KANSAS CITY, Mo. -- ESPN draft analyst Mel Kiper Jr. has the Kansas City Chiefs drafting a quarterback -- DeShone Kizer of Notre Dame -- with their first-round pick in his most recent mock draft. But when I asked him for other choices among players who might reasonably be available when the Chiefs pick at No. 27, he threw out an interesting name.
"I think he’s going to be one of the best football players on the board, Jabrill Peppers of Michigan, on the defensive side of the ball," Kiper said. "Somebody is going to get him and be very happy with the player they get."
Kiper in his latest mock has Peppers being drafted by the Dallas Cowboys with the 28th overall pick, one spot behind the Chiefs.
Peppers would be an intriguing pick for a team like the Chiefs, who have no glaring roster needs as they head into next week’s draft. They’re in position to draft the best player available, and if that’s what they indeed wind up doing, they could do a lot worse than Peppers.
There’s some debate about where Peppers, at about 5-foot-11 and 213 pounds, would fit from a positional standpoint. Safety makes the most sense, but the Chiefs are set there with Eric Berry, Ron Parker and Daniel Sorensen.
Peppers could play some on offense as a receiver or running back. He could return kicks. But the Chiefs already have Tyreek Hill to be their hybrid offense player and kick return specialist.
That’s why the only way the Chiefs should draft Peppers is if they have a defined role in mind for him.
Matthews said he thinks Watt will do just fine, even in the shadow of his older brother, and he wouldn’t mind teaming up with the younger Watt on the Packers’ defense.
“I know some of the mock draft boards have him potentially coming here, which would be great, if he’s even half the player that his brother is,” Matthews said Tuesday as the Packers began their offseason workouts. “I’m sure there’s pressure on him. But I’m sure if he’s anything like his brother, he’ll have a drive and work ethic that can’t be matched.”
Matthews said he didn’t feel any extra pressure growing up in a famous football family, which included his father, Clay, and uncle, Bruce, who both were long-time standouts in the NFL.
“Growing up, I feel like people put more pressure than I put on myself just for having that last name,” Matthews said. “I think that’s really driven by the fact that I always wanted to be more successful than just having the last name Matthews. But, yeah, obviously everyone’s going to expect big things out of him with how well J.J. has been playing in this league. I think he just wants his shot.”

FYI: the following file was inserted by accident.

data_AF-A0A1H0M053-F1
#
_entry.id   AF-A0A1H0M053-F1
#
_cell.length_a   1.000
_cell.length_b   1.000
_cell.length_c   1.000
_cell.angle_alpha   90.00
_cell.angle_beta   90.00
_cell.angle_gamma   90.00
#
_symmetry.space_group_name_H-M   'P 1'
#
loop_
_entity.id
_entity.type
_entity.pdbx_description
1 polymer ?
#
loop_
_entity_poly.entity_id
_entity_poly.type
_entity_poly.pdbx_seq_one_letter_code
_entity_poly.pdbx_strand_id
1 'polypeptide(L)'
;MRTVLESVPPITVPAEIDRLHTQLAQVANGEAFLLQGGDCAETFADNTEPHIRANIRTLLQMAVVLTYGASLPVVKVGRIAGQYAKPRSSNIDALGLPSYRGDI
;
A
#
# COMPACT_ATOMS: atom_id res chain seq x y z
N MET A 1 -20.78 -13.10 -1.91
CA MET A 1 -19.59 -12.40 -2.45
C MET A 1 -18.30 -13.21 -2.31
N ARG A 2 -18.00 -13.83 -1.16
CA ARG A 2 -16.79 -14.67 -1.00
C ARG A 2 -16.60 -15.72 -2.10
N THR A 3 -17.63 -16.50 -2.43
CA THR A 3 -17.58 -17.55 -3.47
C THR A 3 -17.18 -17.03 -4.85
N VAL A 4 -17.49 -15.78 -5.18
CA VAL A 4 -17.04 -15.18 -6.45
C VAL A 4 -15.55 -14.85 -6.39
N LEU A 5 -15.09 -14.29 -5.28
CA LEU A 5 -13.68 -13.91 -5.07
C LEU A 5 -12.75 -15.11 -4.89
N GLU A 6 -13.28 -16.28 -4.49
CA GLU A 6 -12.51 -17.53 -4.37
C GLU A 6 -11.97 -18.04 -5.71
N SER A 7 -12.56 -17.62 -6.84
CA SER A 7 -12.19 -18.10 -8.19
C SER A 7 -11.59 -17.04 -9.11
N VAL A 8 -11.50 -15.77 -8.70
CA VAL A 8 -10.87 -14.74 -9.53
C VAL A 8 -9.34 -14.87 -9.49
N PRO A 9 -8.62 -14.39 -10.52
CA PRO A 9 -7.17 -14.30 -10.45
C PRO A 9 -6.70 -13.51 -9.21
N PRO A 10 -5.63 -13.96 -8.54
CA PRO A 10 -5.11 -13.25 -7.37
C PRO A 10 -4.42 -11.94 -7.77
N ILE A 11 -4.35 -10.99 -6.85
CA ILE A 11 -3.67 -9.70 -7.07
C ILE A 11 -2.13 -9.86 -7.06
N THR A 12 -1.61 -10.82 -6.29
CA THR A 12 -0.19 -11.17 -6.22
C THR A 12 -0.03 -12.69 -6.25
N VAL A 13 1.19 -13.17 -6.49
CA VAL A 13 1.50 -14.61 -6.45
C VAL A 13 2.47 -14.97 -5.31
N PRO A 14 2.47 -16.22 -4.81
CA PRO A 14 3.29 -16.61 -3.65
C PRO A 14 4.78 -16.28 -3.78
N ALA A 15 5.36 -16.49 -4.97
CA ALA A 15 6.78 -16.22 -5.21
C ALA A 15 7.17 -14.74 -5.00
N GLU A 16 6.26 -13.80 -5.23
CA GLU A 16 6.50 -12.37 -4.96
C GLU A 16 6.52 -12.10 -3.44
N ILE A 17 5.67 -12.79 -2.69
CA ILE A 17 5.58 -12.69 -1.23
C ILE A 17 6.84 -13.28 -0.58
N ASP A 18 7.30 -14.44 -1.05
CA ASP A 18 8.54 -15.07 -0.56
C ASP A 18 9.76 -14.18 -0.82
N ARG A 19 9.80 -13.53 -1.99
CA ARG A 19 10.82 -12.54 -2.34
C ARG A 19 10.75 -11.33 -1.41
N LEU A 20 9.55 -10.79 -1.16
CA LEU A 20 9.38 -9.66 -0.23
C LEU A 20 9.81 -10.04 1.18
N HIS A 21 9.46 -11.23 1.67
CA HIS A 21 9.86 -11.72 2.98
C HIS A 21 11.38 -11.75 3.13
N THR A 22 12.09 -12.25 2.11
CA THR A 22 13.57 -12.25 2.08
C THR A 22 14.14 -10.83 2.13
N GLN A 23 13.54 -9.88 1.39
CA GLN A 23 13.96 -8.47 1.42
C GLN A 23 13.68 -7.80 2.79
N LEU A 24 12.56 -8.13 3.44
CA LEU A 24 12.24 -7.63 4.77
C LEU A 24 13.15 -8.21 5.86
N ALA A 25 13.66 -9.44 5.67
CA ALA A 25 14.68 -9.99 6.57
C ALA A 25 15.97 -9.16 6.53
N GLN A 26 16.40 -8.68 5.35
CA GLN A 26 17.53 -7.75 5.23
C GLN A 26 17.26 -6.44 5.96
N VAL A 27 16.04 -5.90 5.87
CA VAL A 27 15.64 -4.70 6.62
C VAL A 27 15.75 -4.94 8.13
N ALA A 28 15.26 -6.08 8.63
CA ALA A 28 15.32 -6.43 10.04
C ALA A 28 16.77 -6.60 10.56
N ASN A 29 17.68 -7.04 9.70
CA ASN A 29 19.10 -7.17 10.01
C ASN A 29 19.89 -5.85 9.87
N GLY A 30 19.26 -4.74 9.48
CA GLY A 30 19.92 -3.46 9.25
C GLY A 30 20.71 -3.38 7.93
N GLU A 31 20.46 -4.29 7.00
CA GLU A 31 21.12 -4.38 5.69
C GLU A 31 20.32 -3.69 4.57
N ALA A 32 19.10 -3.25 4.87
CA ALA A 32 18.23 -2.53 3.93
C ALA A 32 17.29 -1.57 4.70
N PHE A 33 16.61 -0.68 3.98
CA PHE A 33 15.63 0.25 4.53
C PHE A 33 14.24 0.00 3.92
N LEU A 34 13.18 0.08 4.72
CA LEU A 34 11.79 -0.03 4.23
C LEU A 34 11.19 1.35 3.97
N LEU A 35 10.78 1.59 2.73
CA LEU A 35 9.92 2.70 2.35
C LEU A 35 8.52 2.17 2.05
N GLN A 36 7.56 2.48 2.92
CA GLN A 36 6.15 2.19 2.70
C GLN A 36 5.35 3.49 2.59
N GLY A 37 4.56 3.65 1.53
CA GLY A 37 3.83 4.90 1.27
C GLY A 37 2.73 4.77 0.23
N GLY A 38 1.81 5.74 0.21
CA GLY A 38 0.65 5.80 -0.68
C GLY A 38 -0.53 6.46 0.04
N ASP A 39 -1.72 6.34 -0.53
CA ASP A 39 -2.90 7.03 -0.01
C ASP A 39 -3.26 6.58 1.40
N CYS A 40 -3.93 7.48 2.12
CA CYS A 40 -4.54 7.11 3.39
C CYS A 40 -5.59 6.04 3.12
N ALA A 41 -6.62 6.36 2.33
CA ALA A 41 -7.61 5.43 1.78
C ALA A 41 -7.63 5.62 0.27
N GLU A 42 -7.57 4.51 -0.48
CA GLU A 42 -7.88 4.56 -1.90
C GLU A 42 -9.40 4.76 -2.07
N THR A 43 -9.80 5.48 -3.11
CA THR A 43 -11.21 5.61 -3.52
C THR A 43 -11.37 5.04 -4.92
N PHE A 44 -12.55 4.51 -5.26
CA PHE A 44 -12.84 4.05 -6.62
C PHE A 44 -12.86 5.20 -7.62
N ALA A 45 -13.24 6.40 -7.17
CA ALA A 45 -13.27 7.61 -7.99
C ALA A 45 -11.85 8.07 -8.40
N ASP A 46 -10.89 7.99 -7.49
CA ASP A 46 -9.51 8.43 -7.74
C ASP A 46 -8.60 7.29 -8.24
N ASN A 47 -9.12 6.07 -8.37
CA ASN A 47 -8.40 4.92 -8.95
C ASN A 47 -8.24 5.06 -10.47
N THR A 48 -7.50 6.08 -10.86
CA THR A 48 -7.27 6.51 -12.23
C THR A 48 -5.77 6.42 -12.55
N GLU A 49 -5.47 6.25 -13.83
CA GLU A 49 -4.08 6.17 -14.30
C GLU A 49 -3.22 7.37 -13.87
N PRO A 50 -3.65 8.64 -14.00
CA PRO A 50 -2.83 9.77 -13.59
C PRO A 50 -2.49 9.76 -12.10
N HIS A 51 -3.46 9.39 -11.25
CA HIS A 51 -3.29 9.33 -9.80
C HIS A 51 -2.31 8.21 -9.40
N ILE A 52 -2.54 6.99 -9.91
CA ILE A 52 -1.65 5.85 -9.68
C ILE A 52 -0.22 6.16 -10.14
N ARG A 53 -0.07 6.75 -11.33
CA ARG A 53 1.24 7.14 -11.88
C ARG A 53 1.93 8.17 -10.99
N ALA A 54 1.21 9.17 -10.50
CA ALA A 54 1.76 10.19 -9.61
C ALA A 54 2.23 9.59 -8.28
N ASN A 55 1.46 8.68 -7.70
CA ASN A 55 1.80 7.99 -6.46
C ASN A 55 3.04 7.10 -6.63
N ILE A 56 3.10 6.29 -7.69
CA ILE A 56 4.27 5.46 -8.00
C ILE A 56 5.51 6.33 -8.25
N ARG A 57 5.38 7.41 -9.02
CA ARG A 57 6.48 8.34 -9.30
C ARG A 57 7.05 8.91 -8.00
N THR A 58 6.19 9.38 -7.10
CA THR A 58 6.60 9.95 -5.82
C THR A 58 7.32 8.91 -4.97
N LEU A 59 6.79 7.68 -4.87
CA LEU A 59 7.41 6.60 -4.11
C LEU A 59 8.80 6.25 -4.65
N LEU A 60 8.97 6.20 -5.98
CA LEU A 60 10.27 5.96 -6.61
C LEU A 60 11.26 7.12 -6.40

The Packers could be in the market for another pass-rusher from the outside linebacker spot even though they re-signed Nick Perry to a five-year, $60 million contract in March. Matthews’ exact role hasn’t been articulated. He could return, at least in a part-time capacity, to playing inside linebacker, a spot he played with success in 2014 and 2015, before he returned to his natural outside spot last season.
“It’s Day 1,” Matthews said. “You know what, I’m not sure. From my exit interviews last year and then obviously having a few interviews already with my position coach this year, I think the flexibility of myself being able to play multiple positions is really going to help this defense out. What I’m going to do is just stay ready for whatever it is they ask me to do. I’ve said that in the past, and I’ve had success both on the outside and inside.
"Ultimately, I think it’s just about being ready, and [defensive coordinator] Dom [Capers] always puts me in a position to succeed. We’ll see. It’s really early right now, but I wouldn’t be surprised if I end up playing all over the defense.”
KANSAS CITY, Mo. -- Alex Smith looked around in the quarterback meeting on Monday as the Kansas City Chiefs gathered for the start of their offseason workout program and saw only two others in the room with him. Neither Tyler Bray nor Joel Stave have so much as taken a snap in an NFL regular-season game.
Smith doesn't need to be told there's a strong possibility the Chiefs pick a quarterback they envision to be his eventual successor in the upcoming draft.